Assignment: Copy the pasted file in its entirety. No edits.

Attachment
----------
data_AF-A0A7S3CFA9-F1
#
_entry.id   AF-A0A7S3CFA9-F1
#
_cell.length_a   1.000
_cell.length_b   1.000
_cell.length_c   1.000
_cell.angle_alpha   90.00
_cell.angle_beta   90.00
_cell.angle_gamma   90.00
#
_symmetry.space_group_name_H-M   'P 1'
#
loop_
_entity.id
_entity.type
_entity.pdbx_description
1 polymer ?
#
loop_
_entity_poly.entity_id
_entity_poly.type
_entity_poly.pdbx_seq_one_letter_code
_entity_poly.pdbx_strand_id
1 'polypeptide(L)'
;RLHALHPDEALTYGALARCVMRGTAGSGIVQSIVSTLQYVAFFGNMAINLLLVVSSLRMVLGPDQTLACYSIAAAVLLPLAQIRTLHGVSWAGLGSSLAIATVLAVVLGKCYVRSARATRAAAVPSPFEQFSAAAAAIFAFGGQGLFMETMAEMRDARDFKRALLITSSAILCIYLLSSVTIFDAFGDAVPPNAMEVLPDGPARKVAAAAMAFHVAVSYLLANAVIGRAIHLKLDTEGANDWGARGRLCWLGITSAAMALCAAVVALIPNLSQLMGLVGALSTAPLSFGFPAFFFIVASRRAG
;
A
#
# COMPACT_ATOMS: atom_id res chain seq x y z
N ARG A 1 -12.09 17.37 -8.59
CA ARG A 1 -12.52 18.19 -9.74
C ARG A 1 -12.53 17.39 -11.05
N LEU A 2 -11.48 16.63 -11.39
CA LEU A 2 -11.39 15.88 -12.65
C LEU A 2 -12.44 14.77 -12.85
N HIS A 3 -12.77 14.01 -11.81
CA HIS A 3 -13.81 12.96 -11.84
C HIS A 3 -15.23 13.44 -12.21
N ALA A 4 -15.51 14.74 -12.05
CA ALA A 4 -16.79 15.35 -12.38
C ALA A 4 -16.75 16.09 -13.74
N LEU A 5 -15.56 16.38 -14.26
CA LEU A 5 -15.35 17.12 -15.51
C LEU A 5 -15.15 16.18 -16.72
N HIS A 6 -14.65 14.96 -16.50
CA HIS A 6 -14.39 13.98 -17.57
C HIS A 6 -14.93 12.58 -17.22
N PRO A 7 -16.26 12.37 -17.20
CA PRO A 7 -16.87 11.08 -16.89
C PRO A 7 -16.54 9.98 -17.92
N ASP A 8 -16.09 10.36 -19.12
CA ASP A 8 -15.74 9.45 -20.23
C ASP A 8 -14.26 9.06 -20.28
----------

data_AF-A0A7S3CFA9-F1
#
_entry.id   AF-A0A7S3CFA9-F1
#
_cell.length_a   1.000
_cell.length_b   1.000
_cell.length_c   1.000
_cell.angle_alpha   90.00
_cell.angle_beta   90.00
_cell.angle_gamma   90.00
#
_symmetry.space_group_name_H-M   'P 1'
#
loop_
_entity.id
_entity.type
_entity.pdbx_description
1 polymer ?
#
loop_
_entity_poly.entity_id
_entity_poly.type
_entity_poly.pdbx_seq_one_letter_code
_entity_poly.pdbx_strand_id
1 'polypeptide(L)'
;RLHALHPDEALTYGALARCVMRGTAGSGIVQSIVSTLQYVAFFGNMAINLLLVVSSLRMVLGPDQTLACYSIAAAVLLPLAQIRTLHGVSWAGLGSSLAIATVLAVVLGKCYVRSARATRAAAVPSPFEQFSAAAAAIFAFGGQGLFMETMAEMRDARDFKRALLITSSAILCIYLLSSVTIFDAFGDAVPPNAMEVLPDGPARKVAAAAMAFHVAVSYLLANAVIGRAIHLKLDTEGANDWGARGRLCWLGITSAAMALCAAVVALIPNLSQLMGLVGALSTAPLSFGFPAFFFIVASRRAG
;
A
#
# COMPACT_ATOMS: atom_id res chain seq x y z
N ARG A 1 -12.09 17.37 -8.59
CA ARG A 1 -12.52 18.19 -9.74
C ARG A 1 -12.53 17.39 -11.05
N LEU A 2 -11.48 16.63 -11.39
CA LEU A 2 -11.39 15.88 -12.65
C LEU A 2 -12.44 14.77 -12.85
N HIS A 3 -12.77 14.01 -11.81
CA HIS A 3 -13.81 12.96 -11.84
C HIS A 3 -15.23 13.44 -12.21
N ALA A 4 -15.51 14.74 -12.05
CA ALA A 4 -16.79 15.35 -12.38
C ALA A 4 -16.75 16.09 -13.74
N LEU A 5 -15.56 16.38 -14.26
CA LEU A 5 -15.35 17.12 -15.51
C LEU A 5 -15.15 16.18 -16.72
N HIS A 6 -14.65 14.96 -16.50
CA HIS A 6 -14.39 13.98 -17.57
C HIS A 6 -14.93 12.58 -17.22
N PRO A 7 -16.26 12.37 -17.20
CA PRO A 7 -16.87 11.08 -16.89
C PRO A 7 -16.54 9.98 -17.92
N ASP A 8 -16.09 10.36 -19.12
CA ASP A 8 -15.74 9.45 -20.23
C ASP A 8 -14.26 9.06 -20.28